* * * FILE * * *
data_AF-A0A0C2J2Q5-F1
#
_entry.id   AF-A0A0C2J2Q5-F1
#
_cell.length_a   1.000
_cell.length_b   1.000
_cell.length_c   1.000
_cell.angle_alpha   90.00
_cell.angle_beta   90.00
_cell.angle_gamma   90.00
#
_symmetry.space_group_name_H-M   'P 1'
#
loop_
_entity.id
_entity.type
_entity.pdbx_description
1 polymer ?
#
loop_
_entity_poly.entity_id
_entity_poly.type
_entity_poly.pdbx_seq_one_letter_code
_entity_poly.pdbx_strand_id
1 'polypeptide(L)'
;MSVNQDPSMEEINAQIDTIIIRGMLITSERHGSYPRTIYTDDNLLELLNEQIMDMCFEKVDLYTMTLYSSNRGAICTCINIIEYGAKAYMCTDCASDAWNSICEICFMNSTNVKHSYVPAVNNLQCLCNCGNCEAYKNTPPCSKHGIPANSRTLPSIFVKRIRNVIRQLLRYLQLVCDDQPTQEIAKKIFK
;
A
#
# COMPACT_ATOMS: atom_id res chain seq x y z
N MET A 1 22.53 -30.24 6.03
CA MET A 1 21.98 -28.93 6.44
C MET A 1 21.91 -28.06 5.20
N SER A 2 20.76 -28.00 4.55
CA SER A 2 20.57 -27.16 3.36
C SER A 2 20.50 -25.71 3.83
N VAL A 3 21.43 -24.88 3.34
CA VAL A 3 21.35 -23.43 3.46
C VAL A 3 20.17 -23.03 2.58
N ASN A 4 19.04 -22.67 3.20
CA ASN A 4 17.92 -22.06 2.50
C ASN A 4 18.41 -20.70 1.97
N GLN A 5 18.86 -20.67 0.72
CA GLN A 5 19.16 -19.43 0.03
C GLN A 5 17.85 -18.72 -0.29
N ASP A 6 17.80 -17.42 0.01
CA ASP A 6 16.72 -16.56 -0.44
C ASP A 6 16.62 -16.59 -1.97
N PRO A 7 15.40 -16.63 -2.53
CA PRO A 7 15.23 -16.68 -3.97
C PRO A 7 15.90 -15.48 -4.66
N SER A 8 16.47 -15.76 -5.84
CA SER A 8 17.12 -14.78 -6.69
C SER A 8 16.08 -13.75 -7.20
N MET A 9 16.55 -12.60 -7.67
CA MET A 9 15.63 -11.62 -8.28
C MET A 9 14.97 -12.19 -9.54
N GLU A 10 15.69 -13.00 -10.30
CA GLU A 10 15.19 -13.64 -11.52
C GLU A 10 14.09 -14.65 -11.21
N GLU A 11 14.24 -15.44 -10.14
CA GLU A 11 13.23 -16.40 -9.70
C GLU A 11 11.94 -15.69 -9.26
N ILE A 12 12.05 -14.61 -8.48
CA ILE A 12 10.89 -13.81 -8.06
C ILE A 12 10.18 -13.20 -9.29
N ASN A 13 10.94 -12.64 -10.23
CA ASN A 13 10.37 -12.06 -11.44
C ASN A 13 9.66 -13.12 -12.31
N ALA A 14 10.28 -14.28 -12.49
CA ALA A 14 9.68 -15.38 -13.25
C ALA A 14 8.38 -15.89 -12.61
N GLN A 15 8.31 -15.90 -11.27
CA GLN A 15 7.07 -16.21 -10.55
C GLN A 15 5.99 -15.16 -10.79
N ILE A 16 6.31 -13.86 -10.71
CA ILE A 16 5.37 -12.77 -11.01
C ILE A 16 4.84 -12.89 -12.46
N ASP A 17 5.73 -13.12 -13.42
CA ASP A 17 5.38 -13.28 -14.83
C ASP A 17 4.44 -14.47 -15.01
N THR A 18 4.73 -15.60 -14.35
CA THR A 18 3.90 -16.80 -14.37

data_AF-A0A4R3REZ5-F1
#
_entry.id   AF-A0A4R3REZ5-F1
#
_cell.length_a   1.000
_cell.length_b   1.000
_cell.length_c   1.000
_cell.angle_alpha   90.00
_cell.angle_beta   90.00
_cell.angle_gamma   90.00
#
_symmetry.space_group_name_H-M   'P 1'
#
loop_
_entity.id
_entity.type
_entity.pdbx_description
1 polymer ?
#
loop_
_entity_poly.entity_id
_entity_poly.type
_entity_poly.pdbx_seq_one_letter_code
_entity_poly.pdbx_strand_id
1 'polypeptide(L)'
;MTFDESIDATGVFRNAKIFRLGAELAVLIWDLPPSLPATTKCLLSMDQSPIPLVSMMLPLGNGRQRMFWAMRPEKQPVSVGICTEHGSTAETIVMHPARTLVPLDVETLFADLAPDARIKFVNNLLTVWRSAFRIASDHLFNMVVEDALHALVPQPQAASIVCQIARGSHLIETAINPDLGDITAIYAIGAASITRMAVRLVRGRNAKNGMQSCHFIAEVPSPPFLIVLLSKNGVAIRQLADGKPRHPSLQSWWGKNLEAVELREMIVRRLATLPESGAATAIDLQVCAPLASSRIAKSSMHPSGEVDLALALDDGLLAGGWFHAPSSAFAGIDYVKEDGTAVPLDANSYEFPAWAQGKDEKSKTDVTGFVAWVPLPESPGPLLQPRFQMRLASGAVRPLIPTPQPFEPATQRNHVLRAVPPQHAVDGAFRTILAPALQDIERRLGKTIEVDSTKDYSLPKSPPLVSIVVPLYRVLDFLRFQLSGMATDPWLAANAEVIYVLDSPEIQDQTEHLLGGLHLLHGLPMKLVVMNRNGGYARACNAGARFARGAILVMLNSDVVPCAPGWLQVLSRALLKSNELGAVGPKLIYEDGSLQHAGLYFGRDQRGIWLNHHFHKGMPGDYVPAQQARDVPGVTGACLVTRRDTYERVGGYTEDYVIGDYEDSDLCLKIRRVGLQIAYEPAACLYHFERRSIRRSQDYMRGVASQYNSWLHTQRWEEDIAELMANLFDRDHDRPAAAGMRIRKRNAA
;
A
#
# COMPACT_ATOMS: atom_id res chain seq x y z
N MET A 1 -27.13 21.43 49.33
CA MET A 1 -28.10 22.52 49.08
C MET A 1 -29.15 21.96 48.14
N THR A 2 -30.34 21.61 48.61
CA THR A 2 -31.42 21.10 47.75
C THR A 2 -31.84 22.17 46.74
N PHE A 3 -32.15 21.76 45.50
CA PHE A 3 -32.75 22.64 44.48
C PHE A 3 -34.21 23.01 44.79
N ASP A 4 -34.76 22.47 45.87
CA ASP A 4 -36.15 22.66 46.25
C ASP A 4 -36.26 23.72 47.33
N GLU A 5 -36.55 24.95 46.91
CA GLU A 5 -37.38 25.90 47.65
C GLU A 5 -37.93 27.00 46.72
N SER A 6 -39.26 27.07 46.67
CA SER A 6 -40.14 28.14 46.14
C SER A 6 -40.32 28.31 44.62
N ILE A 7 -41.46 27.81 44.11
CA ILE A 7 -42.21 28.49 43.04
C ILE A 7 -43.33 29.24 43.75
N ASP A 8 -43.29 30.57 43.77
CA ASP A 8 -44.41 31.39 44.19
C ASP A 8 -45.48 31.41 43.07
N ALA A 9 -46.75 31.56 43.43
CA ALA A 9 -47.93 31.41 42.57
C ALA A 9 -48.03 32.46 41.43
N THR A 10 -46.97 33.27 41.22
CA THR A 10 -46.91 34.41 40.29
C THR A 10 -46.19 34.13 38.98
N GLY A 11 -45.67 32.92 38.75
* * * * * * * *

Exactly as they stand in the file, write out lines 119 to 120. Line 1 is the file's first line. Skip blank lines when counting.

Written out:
C THR A 2 -31.84 22.17 46.74
N PHE A 3 -32.15 21.76 45.50